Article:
LW: You have said that those who advocate an ‘old earth’ interpretation of Genesis have done so on an inconsistent and faulty reading of Scripture. Why are so many Christians going this way?
JM: It’s a sinful tendency of the fallen human heart to crave worldly respect, and secular culture has been highly successful in making people think creation is unsophisticated, unscientific, and superstitious. In reality, nothing could be more absurd and superstitious than the belief that everything evolved out of nothing with no intelligent plan.
I do think American evangelicals have clearly become too comfortable with bending the rules of interpretation and playing games with the meaning of the text to reconcile Scripture with whatever is politically correct at the moment (or to achieve whatever other end they desire). You see this not only in the violence that is done by old-earthers to the plain sense of Genesis, but also in the way postmodern evangelicals reimagine so many difficult doctrines—the atonement, the role of women in church leadership, the biblical prohibition against homosexuality, and others.
LW: Would you say that western Christians, including in the US, are hermeneutically illiterate?
JM: Yes, and those who aren’t hermeneutically illiterate are often hermeneutically inconsistent. The illiteracy is the fruit of church-growth philosophies that do everything to capture people’s interest except proclaim and teach the Word of God. For decades evangelicals have been entertaining themselves and calling it worship. The church is now largely untaught and devoid of biblical conviction. It’s not merely a hermeneutical deficiency (though it surely does include that). The bigger problem is a lack of confidence in the efficacy of God’s Word. Christians doubt the power of the Gospel to reach unsaved people and change their hearts, so they have substituted other, artificial means of stimulating church growth. They have lost their confidence in the authority of Scripture as well. As a result, they are susceptible to the worldly lie that science and human reason are better judges of truth-claims than the Bible is.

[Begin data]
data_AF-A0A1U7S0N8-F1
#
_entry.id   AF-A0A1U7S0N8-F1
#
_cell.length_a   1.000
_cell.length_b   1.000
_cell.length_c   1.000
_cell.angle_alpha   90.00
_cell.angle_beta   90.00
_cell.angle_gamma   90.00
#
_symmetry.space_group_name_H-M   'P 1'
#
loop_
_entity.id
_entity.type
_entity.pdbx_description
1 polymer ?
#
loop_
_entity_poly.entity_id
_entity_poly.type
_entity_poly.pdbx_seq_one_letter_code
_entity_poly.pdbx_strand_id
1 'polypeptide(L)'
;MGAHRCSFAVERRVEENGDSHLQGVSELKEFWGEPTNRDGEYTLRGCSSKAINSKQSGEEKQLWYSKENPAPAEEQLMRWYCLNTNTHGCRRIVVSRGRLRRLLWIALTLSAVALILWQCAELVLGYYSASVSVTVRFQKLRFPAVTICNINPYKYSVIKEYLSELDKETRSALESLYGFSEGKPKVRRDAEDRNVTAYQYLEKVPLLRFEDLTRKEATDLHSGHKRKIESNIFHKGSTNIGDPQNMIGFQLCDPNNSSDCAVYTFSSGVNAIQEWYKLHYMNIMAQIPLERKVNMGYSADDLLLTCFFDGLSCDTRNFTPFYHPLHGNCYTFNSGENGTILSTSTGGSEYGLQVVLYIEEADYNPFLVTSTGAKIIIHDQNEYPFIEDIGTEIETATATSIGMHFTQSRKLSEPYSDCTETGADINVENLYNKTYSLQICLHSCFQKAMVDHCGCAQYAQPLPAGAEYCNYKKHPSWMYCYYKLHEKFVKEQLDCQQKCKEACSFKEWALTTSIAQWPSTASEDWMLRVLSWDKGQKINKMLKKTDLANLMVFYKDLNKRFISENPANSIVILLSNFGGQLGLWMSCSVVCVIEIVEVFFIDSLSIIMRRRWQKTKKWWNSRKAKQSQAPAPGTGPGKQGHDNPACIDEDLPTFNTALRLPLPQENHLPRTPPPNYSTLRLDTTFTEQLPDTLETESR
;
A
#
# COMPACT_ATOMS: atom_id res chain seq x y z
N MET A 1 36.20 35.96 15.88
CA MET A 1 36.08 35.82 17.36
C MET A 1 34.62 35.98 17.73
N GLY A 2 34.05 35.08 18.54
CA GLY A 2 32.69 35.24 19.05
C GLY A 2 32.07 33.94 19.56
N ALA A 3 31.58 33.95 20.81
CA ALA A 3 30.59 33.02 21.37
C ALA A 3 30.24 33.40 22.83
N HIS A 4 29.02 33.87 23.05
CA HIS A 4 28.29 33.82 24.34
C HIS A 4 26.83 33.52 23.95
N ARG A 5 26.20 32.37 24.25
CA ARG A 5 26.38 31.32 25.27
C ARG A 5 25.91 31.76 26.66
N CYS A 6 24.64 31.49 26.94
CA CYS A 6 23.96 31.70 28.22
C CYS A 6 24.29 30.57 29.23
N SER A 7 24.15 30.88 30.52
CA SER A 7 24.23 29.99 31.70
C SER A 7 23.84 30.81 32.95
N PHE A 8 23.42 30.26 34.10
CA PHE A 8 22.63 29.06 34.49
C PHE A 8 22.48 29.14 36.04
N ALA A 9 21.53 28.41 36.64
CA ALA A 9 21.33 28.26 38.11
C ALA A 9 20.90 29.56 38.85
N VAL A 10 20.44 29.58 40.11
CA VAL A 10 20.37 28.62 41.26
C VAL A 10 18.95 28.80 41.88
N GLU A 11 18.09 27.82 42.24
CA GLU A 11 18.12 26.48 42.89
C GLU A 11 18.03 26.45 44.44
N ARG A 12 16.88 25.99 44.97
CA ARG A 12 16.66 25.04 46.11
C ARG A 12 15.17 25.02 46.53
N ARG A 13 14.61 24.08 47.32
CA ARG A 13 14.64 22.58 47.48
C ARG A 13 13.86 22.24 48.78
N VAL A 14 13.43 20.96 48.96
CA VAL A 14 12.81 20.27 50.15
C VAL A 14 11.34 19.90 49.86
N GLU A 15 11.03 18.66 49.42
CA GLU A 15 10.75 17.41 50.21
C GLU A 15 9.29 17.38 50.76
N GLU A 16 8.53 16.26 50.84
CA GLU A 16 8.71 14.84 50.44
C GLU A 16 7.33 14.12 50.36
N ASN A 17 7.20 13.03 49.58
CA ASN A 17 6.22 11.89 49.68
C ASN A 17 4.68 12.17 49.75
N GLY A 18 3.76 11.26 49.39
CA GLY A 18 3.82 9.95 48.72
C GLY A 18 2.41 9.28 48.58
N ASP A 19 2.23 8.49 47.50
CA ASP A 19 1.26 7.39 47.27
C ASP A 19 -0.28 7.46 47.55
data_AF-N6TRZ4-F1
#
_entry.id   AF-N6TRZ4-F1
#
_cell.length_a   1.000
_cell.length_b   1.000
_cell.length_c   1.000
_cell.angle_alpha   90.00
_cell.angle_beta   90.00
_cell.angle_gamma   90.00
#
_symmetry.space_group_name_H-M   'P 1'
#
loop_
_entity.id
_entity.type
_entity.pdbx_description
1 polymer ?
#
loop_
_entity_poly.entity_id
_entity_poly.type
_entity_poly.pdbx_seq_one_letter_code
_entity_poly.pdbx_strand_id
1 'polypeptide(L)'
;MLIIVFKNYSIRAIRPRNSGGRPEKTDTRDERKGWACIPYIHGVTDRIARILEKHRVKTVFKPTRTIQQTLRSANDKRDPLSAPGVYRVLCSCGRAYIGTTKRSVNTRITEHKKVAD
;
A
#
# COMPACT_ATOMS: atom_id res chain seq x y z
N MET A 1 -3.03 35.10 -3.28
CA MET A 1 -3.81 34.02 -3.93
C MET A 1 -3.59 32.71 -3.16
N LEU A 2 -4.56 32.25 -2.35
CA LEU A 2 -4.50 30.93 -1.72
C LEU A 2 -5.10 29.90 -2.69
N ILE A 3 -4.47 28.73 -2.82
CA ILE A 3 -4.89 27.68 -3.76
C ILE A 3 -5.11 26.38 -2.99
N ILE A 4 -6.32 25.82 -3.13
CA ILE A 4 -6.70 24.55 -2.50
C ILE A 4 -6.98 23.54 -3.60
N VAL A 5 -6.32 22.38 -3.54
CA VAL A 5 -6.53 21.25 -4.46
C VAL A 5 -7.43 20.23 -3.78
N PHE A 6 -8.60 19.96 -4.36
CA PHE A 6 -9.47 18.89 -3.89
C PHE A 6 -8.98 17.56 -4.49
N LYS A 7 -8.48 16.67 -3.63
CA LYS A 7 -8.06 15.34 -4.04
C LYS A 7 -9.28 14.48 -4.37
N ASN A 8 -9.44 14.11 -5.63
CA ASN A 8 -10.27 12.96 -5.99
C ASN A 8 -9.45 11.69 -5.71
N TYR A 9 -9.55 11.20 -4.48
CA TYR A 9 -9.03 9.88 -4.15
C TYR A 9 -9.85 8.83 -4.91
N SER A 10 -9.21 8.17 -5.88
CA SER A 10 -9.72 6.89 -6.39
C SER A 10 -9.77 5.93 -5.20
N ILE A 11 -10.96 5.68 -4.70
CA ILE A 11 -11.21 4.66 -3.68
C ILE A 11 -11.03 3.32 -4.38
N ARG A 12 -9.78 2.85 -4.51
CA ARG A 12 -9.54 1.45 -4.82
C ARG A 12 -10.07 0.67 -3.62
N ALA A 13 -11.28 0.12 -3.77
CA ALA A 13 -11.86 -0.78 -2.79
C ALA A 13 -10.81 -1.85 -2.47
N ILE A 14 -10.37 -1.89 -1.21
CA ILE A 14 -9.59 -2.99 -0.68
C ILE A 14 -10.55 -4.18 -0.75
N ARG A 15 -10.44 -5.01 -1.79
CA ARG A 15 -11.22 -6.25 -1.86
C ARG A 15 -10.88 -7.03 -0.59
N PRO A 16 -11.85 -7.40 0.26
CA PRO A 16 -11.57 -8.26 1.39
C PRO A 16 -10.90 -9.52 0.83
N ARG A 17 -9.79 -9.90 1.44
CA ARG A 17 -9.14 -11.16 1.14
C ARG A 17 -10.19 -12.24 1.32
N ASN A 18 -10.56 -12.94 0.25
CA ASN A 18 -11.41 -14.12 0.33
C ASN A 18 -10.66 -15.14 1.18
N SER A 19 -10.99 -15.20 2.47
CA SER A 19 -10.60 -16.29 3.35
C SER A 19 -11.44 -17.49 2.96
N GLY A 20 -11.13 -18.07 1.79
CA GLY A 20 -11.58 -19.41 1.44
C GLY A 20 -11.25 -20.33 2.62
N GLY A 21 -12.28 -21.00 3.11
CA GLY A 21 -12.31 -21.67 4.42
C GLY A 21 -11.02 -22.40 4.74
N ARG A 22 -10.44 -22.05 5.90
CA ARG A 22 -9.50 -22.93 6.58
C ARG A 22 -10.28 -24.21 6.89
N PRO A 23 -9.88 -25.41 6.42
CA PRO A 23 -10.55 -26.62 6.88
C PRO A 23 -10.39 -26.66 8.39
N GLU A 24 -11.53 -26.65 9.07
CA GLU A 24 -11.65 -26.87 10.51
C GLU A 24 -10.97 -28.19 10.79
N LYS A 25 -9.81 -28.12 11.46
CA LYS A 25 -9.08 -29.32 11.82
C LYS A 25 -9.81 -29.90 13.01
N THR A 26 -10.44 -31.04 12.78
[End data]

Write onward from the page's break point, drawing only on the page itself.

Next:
LW: What can we do about this?
JM: What we need to do is get back to preaching and teaching the Scriptures in the corporate gatherings of God’s people. God’s written Word will not return void.
LW: Many ‘old-earth’ evangelicals say that they’re removing a stumbling block to faith by showing people that you can believe in the Gospel without giving up evolution and billions of years. Is this really a slippery slope of reinterpreting Scripture to conform to naturalistic science?
JM: Of course. The idea that getting in step with the latest scientific theories is ‘best for evangelism’ is a natural result of the loss of confidence in biblical authority. It is much worse than merely a slippery slope; it represents the abandonment of the most important aspect of faith in the Bible—the conviction that Scripture is God’s Word and that it’s the ultimate, inviolable authority over every thought or theory of the human mind.
The so-called ‘framework hypothesis’ and every other literary trick designed to prove that Genesis 1–3 doesn’t mean what it seems to say are all de facto rejections of the authority and perspicuity of Scripture. They represent a refusal to allow Scripture to mean what it plainly says, while relying on novel theories no one ever imagined before to explain the ‘true’ albeit hidden meaning of the text—as if no one unsophisticated enough to deconstruct the literary genre could possibly understand what God was trying to tell us. That is as wrong-headed as it is arrogant.
Evangelicals need to recover their biblical convictions and creationism, and believe what God has plainly said—whether or not worldly minds approve of it. We especially need to have confidence that the Gospel (not clever arguments or human reason) is the power of God unto salvation. The salvation of every sinner is a sovereign miracle of God by the Word of truth (1 Peter 1:23); not a work of man by clever means (John 1:12–13).
LW: Thank you, Dr MacArthur.
- See Famous evangelical apologist changes his mind; creation.com/sproul. Return to text.
- Ed: Hence the release by CMI of the important book by Jonathan Sarfati: By Design: The evidence for nature’s Intelligent Designer—the God of the Bible. Return to text.